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With Sports On Hold, A U.S. Anti-Doping Organization Switches Gears To COVID-19 Research

By Karen Price | April 09, 2020, 12:38 p.m. (ET)

Technician in the testing lab wears personal protective equipment while processing COVID-19 tests at MedStar St. Mary's Hospital on April 8, 2020 in Leonardtown, Md. 


A U.S.-based organization founded to combat doping in sports has jumped into the fight against COVID-19.

The Partnership for Clean Competition, in conjunction with the labs with whom they regularly partner in anti-doping research, is switching gears in light of the current pause in global sports and is now in the midst of testing 15,000 people in communities affected by COVID-19 across the United States with the goal of using the data to determine the prevalence of the virus.

This research is unique from what most are doing right now, PCC Executive Director Michael Pearlmutter said, because much of the current work is focused on treatment of the virus and the development of vaccines.

That’s important, he said, but so is what they hope to learn.

“In order to figure out the way the virus is spreading through the community and the actual prevalence you need to test asymptomatic patients as well,” he told TeamUSA.org. “These 15,000 people tested will not only find out if they have the virus but the large sample size will also allow us to figure out the actual prevalence rate in the community and how it’s spreading.

“If we had unlimited money we would say we should test 10 times that amount of people to get even better data, but this is what we can do to help make sure that people make the best decisions available based on impartial science and data.”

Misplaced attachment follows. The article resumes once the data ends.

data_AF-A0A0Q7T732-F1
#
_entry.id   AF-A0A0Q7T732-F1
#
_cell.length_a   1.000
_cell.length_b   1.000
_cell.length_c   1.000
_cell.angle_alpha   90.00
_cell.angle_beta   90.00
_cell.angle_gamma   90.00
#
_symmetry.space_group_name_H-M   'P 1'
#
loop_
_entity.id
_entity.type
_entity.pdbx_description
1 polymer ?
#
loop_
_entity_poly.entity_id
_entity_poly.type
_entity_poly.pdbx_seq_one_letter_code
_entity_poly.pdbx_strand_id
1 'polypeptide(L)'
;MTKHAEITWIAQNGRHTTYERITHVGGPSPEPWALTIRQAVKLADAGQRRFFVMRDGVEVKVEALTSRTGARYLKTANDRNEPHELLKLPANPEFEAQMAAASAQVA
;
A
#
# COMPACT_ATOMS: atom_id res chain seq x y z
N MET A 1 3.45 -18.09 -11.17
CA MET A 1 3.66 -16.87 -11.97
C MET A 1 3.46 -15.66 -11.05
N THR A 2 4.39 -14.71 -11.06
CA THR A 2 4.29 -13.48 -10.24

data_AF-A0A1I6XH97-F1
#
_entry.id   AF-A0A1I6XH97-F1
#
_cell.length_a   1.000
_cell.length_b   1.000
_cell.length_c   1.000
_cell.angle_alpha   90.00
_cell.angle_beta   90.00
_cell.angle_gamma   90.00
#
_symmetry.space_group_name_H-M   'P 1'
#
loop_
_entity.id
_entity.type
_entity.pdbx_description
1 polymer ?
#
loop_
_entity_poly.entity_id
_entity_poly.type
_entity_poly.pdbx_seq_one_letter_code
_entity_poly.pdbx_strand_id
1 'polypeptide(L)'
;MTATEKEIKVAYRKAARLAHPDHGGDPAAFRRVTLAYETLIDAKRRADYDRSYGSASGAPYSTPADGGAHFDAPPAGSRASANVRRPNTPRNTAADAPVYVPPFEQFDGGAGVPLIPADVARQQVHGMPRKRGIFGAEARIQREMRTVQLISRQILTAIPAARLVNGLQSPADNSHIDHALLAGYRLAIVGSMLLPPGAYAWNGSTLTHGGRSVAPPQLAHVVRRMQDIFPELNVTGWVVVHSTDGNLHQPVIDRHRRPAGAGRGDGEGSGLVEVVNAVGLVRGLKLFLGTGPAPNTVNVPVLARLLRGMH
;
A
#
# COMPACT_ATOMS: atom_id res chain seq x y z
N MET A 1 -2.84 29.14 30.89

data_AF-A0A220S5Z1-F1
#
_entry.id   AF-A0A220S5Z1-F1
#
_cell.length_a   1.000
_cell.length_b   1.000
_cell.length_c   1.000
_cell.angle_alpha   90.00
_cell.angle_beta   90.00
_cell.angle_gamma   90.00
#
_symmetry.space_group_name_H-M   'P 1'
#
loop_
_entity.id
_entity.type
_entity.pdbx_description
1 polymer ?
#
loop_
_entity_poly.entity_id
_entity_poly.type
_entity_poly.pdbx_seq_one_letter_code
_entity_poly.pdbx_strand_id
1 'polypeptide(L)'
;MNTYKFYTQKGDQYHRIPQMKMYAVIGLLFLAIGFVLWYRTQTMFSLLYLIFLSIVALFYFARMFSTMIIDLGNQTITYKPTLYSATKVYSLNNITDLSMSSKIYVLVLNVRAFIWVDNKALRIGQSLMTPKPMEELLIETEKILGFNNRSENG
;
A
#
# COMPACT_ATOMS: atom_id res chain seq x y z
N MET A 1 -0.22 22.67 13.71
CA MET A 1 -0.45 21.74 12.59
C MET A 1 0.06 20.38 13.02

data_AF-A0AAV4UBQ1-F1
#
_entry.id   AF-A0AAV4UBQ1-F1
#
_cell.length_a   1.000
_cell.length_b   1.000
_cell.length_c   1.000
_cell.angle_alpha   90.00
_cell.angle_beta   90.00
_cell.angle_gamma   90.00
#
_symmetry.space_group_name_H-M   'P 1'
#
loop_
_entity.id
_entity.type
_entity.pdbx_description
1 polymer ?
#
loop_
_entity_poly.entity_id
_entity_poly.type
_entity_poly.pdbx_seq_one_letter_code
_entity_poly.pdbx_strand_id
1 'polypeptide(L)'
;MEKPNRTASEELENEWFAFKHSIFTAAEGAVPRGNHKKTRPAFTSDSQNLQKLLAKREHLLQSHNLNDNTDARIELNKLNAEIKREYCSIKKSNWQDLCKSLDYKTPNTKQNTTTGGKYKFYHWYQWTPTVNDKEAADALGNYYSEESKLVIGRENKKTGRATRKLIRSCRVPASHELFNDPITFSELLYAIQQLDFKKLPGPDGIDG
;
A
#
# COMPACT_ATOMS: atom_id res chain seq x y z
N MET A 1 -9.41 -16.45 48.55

The PCC spent $120,000 on the testing kits, which, unlike the swabs being used in the medical community to determine the direct presence of the virus, will instead test for antibodies that will show who has the virus, who doesn’t and who has already had it perhaps without even knowing. 

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These kits, Pearlmutter explained, will use a finger prick to draw a few drops of blood from the person being tested. After combining the blood with a buffer solution, the testers will have results in about 15 minutes.

Whether the PCC finds the numbers of people infected now or in the past are higher than expected, lower than expected or as expected, Pearlmutter said, they’ll be able to use that data to inform what the next steps should be.

“We want to move the conversation forward in order to make decisions based on good data and good science,” Pearlmutter said. “That’s what we’re hoping for. We’ll go where the science takes us, so hopefully those with decision-making power will go where the science takes them.”

Testing is already underway in 24 cities across the U.S., ranging from Seattle, Los Angeles and Phoenix in the west to Boston, New York and Atlanta in the east, Pearlmutter said. The Sports Medicine Research and Testing Laboratory in Salt Lake City is partnering with the University of Southern California, Stanford University and local boards of health to conduct the testing, which has to be done in a narrow window of time to ensure the data isn’t comparing apples to oranges, Pearlmutter explained.

“We hope to have the data in the next week, that’s our goal,” Pearlmutter said, “Fifteen-thousand people is a lot of people, but our goal is to have data that we can share in a week.”

The Partnership for Clean Competition, based in Colorado Springs, Colorado, was founded in 2008 as a non-profit public charity by the United States Olympic & Paralympic Committee, United States Anti-Doping Agency, MLB and the NFL. While the organization is still funding more anti-doping research than ever, Pearlmutter said, this is an opportunity for the PCC to pursue an immediate public health goal and help drive good decision-making in the face of the current crisis.

Karen Price is a reporter from Pittsburgh who has covered Olympic and Paralympic sports for various publications. She is a freelance contributor to TeamUSA.org on behalf of Red Line Editorial, Inc.